By Eric Tull In the firearms world, it’s supposedly common knowledge that an ankle gun is ideal for gun fights that go to the ground. Some quotes from popular instructors: “When you are down on your back, with a bad guy on top of you, your body weight is no longer pressing down on the legs, and your balance is no longer dependent on having two feet solidly on the ground. Your back is bearing your weight, and now it’s a piece of cake to snap your foot toward your hand and your hand toward your ankle, making for an extremely fast ankle holster draw.” “If you are on the ground when you go for the gun, the ankle rig can be handy.” “When you’re getting your a** kicked and you’re on the ground getting your a** handed to you, even at my age with all my busted up sh** I’ll carry an ankle gun because if they’re on top of me I’ll get the freaking gun out…” However, is it actually the case that an ankle gun is even... Read more →


This material is taught to security operatives and to law enforcement in the spirit of detecting "illegal" gun carry. I offer it here in the spirit of the fact that you should know who around you is also armed because their motivations may not be in favor of your interests. As well in the spirit of knowing what others may be looking for as well. If you know target indicators, you can avoid producing them. I am not even going to get into show-giving-away moves like wearing "gun clothing". Common Behaviors Security Check: Often those who are uncomfortable carrying weapons will touch and/or adjust the weapons on their bodies as the go through the day. This may be as subtle as a soft bump with the elbow, wrist or hand. Or it could be a distinct grasping of the weapon as they adjust it. The more comfortable the gun carrier is in their position of legitimacy, the less they might care about giving away the fact they are armed. Some carrying in a less legitimate manner might wish to security... Read more →


By Eric Tull A Suarez International Force on Force class is the single best class you can take to quickly improve your gunfighting skills. Simply put, it’s the closest you can come to real gunfight without having bullets whiz past your ear. But it’s true that the airsoft gear requirements and unconventional nature of the class can be a bit intimidating for potential students. To help overcome this, I’ve put together this guide to ensure new students get the most out of their first FoF class—and all the ones they take after that. (Because after you’ve taken one, there’s no going back.) GEAR YOU’LL NEED Quality Airsoft Gun and Magazines After taking a weekend off and spending good money on a class, you don’t want to have to sit out because your gear doesn’t work. You’ll need a quality gas-powered airsoft pistol. Do your own research on airsoft brands, but Tokyo Marui and KWA/KSC are an excellent starting point. You’ll also want three magazines for the gun, so you won’t have to reload as often (and also because magazines are... Read more →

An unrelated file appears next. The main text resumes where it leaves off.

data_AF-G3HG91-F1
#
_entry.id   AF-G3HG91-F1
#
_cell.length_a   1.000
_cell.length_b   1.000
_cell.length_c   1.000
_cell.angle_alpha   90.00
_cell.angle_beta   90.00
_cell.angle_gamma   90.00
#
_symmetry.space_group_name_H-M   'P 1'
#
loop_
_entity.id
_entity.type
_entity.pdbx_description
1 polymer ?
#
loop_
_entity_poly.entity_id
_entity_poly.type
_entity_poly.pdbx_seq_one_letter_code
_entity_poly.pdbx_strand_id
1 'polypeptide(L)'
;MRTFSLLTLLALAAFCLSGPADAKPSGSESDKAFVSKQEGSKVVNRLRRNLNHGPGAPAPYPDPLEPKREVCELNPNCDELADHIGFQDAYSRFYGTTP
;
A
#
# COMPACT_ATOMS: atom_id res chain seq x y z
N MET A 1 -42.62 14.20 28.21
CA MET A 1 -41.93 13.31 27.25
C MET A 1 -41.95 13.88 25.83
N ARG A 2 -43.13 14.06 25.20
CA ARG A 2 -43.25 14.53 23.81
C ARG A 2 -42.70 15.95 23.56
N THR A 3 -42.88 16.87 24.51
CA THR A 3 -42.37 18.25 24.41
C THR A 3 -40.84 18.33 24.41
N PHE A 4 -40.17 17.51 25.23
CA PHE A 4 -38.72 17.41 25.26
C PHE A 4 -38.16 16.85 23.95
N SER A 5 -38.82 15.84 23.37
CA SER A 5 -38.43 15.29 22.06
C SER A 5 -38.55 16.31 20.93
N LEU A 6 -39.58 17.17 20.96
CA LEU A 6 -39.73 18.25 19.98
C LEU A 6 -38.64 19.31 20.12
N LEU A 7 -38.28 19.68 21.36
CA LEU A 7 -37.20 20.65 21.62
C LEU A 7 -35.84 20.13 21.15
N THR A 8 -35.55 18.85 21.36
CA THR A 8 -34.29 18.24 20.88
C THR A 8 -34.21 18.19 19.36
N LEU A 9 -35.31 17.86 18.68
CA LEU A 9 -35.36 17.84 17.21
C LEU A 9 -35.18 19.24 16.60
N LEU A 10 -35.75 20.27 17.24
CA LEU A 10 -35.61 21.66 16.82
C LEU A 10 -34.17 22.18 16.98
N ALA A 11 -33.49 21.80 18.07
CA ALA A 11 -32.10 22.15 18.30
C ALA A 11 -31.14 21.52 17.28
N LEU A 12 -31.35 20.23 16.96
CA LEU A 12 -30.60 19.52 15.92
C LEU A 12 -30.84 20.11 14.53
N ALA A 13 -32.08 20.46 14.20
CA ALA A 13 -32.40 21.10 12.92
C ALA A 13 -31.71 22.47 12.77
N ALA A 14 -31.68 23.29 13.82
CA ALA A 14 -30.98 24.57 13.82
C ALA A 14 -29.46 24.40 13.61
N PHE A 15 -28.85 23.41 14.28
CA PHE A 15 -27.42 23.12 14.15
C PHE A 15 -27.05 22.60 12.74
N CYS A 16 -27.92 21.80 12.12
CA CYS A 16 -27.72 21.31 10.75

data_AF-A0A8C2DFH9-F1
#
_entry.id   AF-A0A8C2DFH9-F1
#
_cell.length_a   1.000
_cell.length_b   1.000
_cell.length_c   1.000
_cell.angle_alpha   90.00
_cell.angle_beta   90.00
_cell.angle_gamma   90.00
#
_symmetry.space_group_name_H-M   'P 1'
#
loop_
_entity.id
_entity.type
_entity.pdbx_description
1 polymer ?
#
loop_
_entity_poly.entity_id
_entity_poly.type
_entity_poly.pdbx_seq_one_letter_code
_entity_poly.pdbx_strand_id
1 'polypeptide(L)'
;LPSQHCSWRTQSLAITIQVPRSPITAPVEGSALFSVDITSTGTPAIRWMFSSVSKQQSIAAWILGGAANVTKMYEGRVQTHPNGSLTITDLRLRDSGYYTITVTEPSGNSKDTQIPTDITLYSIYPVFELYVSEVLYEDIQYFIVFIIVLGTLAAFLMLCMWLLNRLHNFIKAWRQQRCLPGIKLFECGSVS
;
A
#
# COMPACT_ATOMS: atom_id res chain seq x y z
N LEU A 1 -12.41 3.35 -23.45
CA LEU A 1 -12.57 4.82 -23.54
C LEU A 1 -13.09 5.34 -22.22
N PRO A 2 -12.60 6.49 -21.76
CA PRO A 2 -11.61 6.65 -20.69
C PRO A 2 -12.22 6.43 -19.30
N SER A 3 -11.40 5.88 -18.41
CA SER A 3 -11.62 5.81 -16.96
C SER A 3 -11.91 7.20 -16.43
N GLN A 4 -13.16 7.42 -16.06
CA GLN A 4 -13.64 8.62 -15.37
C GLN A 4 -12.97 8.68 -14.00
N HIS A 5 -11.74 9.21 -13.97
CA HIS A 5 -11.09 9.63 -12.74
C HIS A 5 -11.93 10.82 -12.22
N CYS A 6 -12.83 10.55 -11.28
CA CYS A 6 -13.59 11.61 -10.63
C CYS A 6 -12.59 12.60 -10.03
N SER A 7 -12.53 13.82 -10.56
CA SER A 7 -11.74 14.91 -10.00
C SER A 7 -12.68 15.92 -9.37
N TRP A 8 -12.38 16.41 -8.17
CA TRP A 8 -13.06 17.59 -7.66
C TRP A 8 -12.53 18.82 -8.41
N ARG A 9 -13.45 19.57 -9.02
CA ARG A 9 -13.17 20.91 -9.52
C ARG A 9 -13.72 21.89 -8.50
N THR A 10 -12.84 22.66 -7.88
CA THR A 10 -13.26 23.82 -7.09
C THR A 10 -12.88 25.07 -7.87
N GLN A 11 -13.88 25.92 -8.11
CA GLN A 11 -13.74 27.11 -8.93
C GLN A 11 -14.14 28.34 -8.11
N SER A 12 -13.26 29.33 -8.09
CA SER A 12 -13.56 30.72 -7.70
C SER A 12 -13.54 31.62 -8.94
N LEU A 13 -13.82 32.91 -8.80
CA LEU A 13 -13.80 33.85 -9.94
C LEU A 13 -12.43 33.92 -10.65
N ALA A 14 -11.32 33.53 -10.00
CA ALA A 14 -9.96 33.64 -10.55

You heard them moving through the house. Anytime someone is attempting to maneuver in stealth against you, you can guess that their intentions are bad. And you did just that, arming yourself with your Glock. The light you added made you feel safer operating in low light, and that article you read said that all gunfights happened in the dark. You kept both hands on the Glock, just like on the range, and it helped steady the pistol through the waves of adrenaline. Remember, you told yourself - target identification is the most important thing so use the light. Not wanting to shoot an innocent, you had turned the light on with your support hand as you began to move through the house and - End of story - the bad guys saw your light and sent a magazine of ammunition your way. One of the thirty rounds hit you in the head and you died. Let's try again shall we? You heard them moving through the house. Anytime someone is attempting to maneuver in stealth against you, you can... Read more →


The topic is lights on handguns. Let’s discuss the why and how. The why is easy. A pistol mounted light is in place to illuminate possible adversaries and danger areas during a fight. There is no other reason to add one. If there is, please advise me in the comments. And no, “makes the pistol look cool on Instagram”, while it may be true is not a reason to add one. The how is a little more complicated as it involves not only operating the light, but also tactics for light use. On both I can speak with a solid level of experience since I was in no less than six direct gun battles at night in limited visibility situations, and the rest were in less than optimal lighting. First to establish immutable truths. And there are such truths – maybe not a concern on a clinical training range but certainly so on the street. 1). The trigger finger is for operating the trigger and nothing else while the pistol is in your hand. The trigger finger is not for... Read more →